by Jonathan Singer, Tue Nov 04, 2008 at 01:27:23 PM EST
Take with a giant grain of salt (please read Pollster.com and Nate Silver on why you should be highly skeptical), but I have received the following numbers from multiple sources:
Florida: Obama 52 percent/McCain 44 percent
Georgia: Obama 47 percent/McCain 51 percent
Indiana: Obama 52 percent/McCain 48 percent
Iowa: Obama 58 percent/McCain 42 percent
Michigan: Obama 60 percent/McCain 39 percent
Minnesota: Obama 60 percent/McCain 39 percent
Missouri: Obama 52 percent/McCain 48 percent
Nevada: Obama 55 percent/McCain 45 percent
New Hampshire: Obama 57 percent/McCain 43 percent
New Mexico: Obama 56 percent/McCain 43 percent
North Carolina: Obama 52 percent/McCain 48 percent
Ohio: Obama 54 percent/McCain 45 percent
Pennsylvania: Obama 57 percent/McCain 42 percent
Virginia: Obama 55 percent/McCain 45 percent
West Virginia: Obama 44 percent/McCain 55 percent
Wisconsin: Obama 58 percent/McCain 42 percent
Note, of course, that these are early exit polls, and that even if they are a fair representation of those going to the polls, voting is still occurring across the country at this hour, and it's possible that the composition of late voters is different from the composition of earlier voters. Note, too, that early exit polls in recent years have tended to skew Democratic as Democrats have tended to be more willing to respond to the interviewers than Republicans.
For what it's worth, these numbers do not seem to comport with the numbers put forward by Gawker, though they do appear to be in line with the numbers Drudge has for Pennsylvania.
Update [2008-11-4 18:34:29 by Jonathan Singer]:Great point from jkfp2004 in the comments. Regardless of whether you are inclined to buy into these early exit numbers or not, continue to make calls, knock on doors, and generally do everything you can in the next few hours.
by Jonathan Singer, Tue Nov 04, 2008 at 12:36:46 PM EST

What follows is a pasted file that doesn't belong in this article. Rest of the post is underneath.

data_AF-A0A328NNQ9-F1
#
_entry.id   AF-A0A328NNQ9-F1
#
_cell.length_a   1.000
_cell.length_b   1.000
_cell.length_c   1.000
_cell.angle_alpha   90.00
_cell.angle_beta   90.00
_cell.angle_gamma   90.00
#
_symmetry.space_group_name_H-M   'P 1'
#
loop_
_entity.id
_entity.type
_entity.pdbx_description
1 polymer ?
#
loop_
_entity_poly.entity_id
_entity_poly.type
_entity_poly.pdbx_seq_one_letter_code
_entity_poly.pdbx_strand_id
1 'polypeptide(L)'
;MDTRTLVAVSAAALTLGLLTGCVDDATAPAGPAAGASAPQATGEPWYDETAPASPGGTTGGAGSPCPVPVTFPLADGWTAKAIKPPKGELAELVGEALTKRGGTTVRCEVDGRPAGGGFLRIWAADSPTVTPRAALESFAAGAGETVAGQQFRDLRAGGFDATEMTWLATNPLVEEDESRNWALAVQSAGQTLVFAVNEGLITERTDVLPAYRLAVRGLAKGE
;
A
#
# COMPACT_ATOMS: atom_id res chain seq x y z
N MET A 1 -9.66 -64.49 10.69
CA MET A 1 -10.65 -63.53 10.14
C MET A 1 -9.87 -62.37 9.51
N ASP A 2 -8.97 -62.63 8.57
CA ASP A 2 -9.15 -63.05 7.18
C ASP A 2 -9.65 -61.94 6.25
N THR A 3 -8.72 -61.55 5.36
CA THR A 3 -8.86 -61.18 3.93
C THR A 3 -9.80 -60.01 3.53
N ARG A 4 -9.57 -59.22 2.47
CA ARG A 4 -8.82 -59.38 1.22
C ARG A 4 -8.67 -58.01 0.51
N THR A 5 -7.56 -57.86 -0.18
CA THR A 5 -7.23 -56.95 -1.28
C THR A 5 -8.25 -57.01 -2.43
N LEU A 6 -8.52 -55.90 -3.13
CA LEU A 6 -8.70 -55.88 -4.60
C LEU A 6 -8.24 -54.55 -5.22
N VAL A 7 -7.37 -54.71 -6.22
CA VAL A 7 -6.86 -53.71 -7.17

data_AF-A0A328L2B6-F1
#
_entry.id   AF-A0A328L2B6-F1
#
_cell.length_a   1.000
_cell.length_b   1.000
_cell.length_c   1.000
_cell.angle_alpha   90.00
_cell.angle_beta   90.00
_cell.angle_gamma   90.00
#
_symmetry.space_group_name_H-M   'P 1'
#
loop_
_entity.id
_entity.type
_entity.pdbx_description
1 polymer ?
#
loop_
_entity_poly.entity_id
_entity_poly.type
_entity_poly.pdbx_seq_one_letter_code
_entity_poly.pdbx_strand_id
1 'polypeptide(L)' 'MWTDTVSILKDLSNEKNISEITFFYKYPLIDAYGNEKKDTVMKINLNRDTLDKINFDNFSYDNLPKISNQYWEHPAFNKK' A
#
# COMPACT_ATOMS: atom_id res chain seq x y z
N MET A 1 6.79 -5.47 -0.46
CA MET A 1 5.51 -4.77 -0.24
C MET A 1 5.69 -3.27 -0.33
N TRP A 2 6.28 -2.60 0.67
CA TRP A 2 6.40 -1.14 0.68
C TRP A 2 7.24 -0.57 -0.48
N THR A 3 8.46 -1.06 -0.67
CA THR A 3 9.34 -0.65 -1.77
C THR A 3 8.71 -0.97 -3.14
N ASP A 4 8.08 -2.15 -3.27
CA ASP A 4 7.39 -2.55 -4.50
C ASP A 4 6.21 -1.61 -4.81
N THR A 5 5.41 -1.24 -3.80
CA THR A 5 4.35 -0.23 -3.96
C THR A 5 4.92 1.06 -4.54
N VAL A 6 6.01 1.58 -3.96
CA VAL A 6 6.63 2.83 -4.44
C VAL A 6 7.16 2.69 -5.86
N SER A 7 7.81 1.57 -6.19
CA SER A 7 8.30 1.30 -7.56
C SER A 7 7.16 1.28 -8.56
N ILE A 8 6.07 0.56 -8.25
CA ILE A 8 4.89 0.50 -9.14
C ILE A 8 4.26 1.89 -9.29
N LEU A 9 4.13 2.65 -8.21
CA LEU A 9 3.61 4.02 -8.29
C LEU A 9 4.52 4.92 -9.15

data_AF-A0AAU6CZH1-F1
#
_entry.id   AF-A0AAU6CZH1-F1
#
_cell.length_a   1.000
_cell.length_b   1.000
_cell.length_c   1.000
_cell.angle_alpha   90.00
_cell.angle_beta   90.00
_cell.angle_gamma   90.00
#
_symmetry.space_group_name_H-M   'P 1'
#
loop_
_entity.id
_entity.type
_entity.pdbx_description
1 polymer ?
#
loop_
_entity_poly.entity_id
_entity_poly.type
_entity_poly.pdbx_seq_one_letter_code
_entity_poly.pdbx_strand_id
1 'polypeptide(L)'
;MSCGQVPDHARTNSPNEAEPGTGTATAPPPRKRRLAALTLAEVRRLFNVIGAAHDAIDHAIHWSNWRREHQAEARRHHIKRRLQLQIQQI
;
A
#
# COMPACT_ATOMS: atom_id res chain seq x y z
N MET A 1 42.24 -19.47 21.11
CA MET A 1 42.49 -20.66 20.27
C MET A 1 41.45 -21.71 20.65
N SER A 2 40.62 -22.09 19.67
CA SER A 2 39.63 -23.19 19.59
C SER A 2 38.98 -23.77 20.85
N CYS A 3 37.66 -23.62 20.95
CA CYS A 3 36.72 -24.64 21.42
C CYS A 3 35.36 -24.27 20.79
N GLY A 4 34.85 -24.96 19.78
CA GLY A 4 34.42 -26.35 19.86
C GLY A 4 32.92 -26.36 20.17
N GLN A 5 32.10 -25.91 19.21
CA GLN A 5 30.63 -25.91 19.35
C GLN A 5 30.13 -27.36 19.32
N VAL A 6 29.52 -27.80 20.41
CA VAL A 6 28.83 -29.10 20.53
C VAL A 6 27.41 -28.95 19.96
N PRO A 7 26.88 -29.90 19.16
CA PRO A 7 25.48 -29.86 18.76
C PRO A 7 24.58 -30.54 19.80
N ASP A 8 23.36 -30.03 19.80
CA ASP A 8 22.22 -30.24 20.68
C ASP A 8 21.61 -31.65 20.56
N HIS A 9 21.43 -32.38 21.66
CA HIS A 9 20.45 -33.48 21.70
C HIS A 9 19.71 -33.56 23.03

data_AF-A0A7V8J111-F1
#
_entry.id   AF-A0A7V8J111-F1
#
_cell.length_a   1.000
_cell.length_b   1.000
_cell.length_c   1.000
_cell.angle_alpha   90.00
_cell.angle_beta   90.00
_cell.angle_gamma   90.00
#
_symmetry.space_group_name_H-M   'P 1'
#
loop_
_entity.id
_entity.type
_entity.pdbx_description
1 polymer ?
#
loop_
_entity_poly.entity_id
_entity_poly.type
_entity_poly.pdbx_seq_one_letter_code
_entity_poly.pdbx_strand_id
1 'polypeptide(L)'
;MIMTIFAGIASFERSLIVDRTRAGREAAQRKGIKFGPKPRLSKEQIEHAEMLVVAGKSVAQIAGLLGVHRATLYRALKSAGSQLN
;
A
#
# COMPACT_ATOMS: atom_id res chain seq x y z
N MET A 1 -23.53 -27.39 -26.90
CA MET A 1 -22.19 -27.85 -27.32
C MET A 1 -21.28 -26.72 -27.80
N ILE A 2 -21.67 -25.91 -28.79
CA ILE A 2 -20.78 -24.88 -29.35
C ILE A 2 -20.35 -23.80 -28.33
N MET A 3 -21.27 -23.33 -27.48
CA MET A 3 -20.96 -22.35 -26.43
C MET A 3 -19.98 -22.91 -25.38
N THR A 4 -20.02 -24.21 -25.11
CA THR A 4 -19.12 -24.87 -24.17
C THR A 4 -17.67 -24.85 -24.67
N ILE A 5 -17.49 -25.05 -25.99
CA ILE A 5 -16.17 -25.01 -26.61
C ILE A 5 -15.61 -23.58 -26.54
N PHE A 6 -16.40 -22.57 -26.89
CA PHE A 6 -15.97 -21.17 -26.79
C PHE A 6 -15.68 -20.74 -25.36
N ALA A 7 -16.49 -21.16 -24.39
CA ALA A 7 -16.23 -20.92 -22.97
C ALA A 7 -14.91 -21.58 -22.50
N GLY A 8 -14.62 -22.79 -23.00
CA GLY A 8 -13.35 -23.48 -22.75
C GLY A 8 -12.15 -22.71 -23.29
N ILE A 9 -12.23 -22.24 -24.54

Per Fox News, 10 percent of voters are voting for the first time, about the same as the 11 percent in 2004. In the following states, these voters broke down as follows:
Indiana: Obama 73 percent/McCain 23 percent
Ohio: Obama 69 percent/McCain 31 percent
Virginia: Obama 63 percent/McCain 36 percent
White men make up 36 percent of the electorate, the same as in 2004.
Indiana: Obama 44 percent/McCain 54 percent (Kerry 34/Bush 65 in 2004)
Ohio: Obama 47 percent/McCain 51 percent (Kerry 43/Bush 56 in 2004)
Virginia: Obama 39 percent/McCain 58 percent (Kerry 27/Bush 72 in 2004)
These numbers are very early, but at first glance it appears that Obama is doing significantly better among white men than John Kerry.
Out of touch: Just 40 percent of voters say that John McCain is in touch with them, 57 percent say Barack Obama is.
Still more as we get it...
by Jonathan Singer, Tue Nov 04, 2008 at 12:06:57 PM EST
Top issues for voters:
The Economy: 62 percent
Iraq: 10 percent
Terrorism: 9 percent
Healthcare: 9 percent
Amazingly, more than a quarter of voters -- 27 percent -- indicated that they had been contacted by the Obama campaign.
A more progressive America: A full 51 percent of voters say they believe government should be doing more to fix the country's problems, while just 43 percent say the country should be doing less.
Fear: 30 percent of voters are scared of the prospect of a McCain victory, while 23 percent are scared of the prospect of an Obama victory.
Prepared: Just 38 percent believe Sarah Palin is prepared to be President, significantly less than the 67 percent saying Joe Biden is prepared.
Taxes: Voters expect to see their taxes raised; 49 percent foresee their taxes will be raised no matter who is elected, 61 percent see their taxes going up under McCain, 70 percent see their taxes going up under Obama.
Approval: Just 27 percent of voters approve of the job George W. Bush is doing as President, down from 53 percent in 2004 and 42 percent in 2006.
More as we get it...
(National exit polling data culled from the nets, big media blogs, the wires)
by rocky, Mon May 05, 2008 at 01:58:41 PM EDT
It seems to me that MSM is pre spinning Hillary's win by giving credit to Obama. If she pulls a win the only factor would be her doggedness. I am under the impression that exit polling shows that cross voting has only benefited Obama but cannot find data. Does any one have the data one way or the other?
by Jonathan Singer, Tue Apr 22, 2008 at 04:25:15 PM EDT
Interesting stuff just on CNN. According to Bill Schneider and Soledad O'Brien, Hillary Clinton carried the White male vote in Pennsylvania by a 53 percent to 46 percent margin (MSNBC had her up by a similar 55 percent to 45 percent margin). To keep in mind, Clinton won White males in Ohio by 19 points, suggesting this swing demographic may have moved towards Obama in the past month and a half. In contrast, Clinton carried White women by a 64 percent to 36 percent margin, about the same margin by which she led in Ohio. Whether this apparent movement will have a meaningful impact on the results (remember, Clinton won Ohio by about 10 points) remains to be seen...
Update [2008-4-22 20:28:21 by Jonathan Singer]: The Obama campaign, via Marc Ambinder, adds:
With voters over 60 in OH, Clinton won 69%, Obama got 28%. In PA, Obama earned 41% of the vote among voters over 60, and Clinton won 59%. The gap among seniors was cut by more than half, from 41 to 19.